I'll introduce each of the kids in their own post next week, but with this being Mother's Day weekend I'd like to take some time to talk about motherhood. In particular, tonight I want to share my thoughts on society's view of motherhood, and mothers' views of each other. Tomorrow I hope to write about the influence of the Blessed Mother on my vocation.
Being a mom has been one of the greatest gifts of my life. As you might expect, I certainly dealt with a bit of depression after becoming a paraplegic. For starters, while I tried to trust in God's plan for my life, it was certainly a tough pill to swallow at 25 that I was not experiencing significant recovery, and was unlikely ever to do so without major advances in modern medicine. I felt like in many ways I was no longer the woman my husband had just married, and while I know he promised God he'd be with me in sickness, no one expects their vows to be tested so soon. We did after some rocky times pull our marriage even closer, but I often had feelings that my life didn't make much difference in the world. I wasn't suicidal at all, I was happy to be alive, but my life had little meaning. With my husband working, it didn't matter when I got up, when I got dressed, or what I did with my day. In our house at that time, I was limited in the contributions I could make to the running of our home. We valued our time together in the evening, but that was only a small portion of what I felt was an otherwise insignificant existence.
Giving birth to my daughter changed all of that. Suddenly I was important in the world. Not only did I have someone who cared about me, I had someone who needed me, and needed my time. I had a reason for getting up and moving every day. How I spent my time made a difference to someone. For the first time in five years, having a child actually helped me get off of antidepressants. My existence had a purpose again. I wasn't just the woman my husband came home to in the evening, I was a mother; and this precious life depended on me for her well-being and happiness.
When Sunshine was a year old, we finally moved into a home that is built for my needs, and I can now run my home instead of having others run it for me. In addition to making my life easier, and reduce the burden on Papa Bear, it also came with it a responsibility which I, as a stay at home mom, had been longing for. Yes, the cycle of never ending chores can be come tiresome and monotonous, but I try to do them joyfully, as a gift to my family. And having Fidget has brought even more love and meaning into all of our lives.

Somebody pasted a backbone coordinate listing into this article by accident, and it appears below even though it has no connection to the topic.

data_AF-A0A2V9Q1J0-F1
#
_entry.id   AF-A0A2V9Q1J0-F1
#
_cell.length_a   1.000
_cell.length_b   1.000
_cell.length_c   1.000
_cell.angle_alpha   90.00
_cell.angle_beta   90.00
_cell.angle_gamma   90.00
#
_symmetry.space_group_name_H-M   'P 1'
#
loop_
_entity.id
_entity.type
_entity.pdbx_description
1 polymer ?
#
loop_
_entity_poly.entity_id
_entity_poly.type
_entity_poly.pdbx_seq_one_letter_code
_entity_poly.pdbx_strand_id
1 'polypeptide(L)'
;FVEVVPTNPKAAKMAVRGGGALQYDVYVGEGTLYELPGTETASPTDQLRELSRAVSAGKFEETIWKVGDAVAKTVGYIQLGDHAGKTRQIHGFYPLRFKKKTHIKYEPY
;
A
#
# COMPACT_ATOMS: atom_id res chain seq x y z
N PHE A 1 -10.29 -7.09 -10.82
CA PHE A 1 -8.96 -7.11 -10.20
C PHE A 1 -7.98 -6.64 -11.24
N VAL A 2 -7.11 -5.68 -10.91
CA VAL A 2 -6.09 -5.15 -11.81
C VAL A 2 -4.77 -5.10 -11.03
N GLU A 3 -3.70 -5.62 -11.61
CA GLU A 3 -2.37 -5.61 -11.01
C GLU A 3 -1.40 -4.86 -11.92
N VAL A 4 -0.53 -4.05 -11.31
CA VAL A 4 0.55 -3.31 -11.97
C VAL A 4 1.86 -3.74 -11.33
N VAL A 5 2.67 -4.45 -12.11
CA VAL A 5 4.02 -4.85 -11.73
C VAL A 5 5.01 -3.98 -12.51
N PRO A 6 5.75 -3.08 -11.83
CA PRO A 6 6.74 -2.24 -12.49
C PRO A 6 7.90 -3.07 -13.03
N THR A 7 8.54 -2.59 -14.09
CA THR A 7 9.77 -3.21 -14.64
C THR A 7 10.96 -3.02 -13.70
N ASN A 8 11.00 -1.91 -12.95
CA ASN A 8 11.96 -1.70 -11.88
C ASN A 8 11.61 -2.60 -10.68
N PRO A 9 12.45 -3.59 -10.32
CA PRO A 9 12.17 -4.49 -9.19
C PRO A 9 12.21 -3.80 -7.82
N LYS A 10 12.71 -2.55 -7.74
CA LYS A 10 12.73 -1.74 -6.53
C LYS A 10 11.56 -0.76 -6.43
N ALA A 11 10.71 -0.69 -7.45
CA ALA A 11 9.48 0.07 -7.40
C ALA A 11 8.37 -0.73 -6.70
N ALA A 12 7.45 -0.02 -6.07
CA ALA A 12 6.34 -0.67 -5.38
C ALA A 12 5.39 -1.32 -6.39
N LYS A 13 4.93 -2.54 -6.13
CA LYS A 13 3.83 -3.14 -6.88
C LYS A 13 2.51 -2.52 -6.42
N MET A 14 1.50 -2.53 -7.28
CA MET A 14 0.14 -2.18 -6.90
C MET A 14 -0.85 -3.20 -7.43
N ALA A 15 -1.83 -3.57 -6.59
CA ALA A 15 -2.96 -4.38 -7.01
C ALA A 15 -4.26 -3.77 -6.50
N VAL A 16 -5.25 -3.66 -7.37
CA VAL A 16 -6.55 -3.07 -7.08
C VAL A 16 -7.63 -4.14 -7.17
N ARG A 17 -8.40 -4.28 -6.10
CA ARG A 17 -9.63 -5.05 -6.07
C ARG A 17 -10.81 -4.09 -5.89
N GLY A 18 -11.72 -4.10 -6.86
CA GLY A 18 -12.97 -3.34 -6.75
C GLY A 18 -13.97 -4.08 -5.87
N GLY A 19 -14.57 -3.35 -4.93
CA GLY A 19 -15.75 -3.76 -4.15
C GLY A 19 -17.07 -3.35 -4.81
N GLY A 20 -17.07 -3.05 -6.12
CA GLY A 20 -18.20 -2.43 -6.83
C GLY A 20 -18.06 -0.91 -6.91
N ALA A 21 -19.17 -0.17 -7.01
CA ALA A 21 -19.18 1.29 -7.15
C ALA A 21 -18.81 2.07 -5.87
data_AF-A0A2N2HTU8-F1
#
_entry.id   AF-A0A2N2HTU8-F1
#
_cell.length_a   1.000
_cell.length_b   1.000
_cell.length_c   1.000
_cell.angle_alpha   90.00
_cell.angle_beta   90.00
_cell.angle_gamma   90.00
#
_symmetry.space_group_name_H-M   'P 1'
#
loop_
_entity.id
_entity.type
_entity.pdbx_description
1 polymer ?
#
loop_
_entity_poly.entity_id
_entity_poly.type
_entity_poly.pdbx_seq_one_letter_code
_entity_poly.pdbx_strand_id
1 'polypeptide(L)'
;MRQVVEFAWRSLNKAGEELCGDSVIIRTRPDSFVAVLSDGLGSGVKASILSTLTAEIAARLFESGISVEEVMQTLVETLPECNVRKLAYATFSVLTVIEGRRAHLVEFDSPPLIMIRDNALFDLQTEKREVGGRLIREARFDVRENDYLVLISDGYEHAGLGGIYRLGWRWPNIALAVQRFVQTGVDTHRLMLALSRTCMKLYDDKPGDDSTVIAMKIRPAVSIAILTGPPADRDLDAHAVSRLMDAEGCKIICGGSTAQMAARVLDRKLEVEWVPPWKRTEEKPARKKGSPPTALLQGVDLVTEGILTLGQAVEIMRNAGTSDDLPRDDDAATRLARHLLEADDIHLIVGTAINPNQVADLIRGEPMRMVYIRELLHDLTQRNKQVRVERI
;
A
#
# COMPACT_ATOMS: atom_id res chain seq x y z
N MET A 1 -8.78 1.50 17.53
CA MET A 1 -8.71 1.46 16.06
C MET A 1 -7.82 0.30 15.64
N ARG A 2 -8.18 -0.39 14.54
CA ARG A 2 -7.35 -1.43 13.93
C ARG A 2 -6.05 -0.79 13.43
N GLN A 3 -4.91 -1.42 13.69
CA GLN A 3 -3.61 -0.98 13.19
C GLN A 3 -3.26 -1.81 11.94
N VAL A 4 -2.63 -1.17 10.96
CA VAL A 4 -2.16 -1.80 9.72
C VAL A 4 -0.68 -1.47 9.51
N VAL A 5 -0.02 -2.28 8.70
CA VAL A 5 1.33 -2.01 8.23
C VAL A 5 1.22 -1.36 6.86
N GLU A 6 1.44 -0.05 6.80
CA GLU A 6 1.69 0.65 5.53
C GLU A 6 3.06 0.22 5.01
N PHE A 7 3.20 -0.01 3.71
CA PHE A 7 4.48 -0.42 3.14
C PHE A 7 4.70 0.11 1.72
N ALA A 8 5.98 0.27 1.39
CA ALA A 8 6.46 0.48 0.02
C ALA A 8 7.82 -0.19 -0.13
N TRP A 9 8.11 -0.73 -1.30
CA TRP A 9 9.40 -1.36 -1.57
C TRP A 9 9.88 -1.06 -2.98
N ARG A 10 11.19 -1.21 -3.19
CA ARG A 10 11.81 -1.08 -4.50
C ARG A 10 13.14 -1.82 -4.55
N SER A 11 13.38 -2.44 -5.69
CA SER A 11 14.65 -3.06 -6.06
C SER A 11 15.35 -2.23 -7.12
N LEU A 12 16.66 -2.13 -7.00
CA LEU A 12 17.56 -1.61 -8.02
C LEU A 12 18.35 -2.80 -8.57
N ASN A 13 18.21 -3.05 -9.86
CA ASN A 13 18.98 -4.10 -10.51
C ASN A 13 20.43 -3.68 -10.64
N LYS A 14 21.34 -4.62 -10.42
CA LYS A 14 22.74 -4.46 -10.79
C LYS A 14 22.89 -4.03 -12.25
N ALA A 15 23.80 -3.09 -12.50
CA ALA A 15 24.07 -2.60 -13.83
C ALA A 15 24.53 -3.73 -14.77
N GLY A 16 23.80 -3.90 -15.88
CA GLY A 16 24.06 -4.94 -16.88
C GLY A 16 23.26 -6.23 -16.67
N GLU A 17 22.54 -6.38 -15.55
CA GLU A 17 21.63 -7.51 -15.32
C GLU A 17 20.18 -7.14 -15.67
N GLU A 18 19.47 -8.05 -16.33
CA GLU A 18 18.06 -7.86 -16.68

One of the big things that gets to me, though, is this mentality many people have that I, and others like me, are "just:" a mom: nothing special, nothing significant. When people learn that a highly educated woman - perhaps even someone with an established career - has "thrown it all away" to be "just" a stay at home mom, they demean our importance in the world. Why waste such time and money to spend your life at home raising kids, they wonder. If a young woman "only" wants to become a wife and mother, why should her parents encourage her to go to college?
For starters, I hardly consider my college attendance a waste. The acquisition of knowledge, and practicing the art of gaining knowledge for oneself, can never be considered invaluable. Just because we're living in the internet age, and can find out virutally anything with just a few taps of a keyboard, a click of a mouse, or a scroll of a touchscreen, doesn't mean that having that information in our own memories is useless. "The more you know," the NBC slogan used to say on Saturday mornings. Somehow having access to so much learning has devalued the experience and the concepts themselves.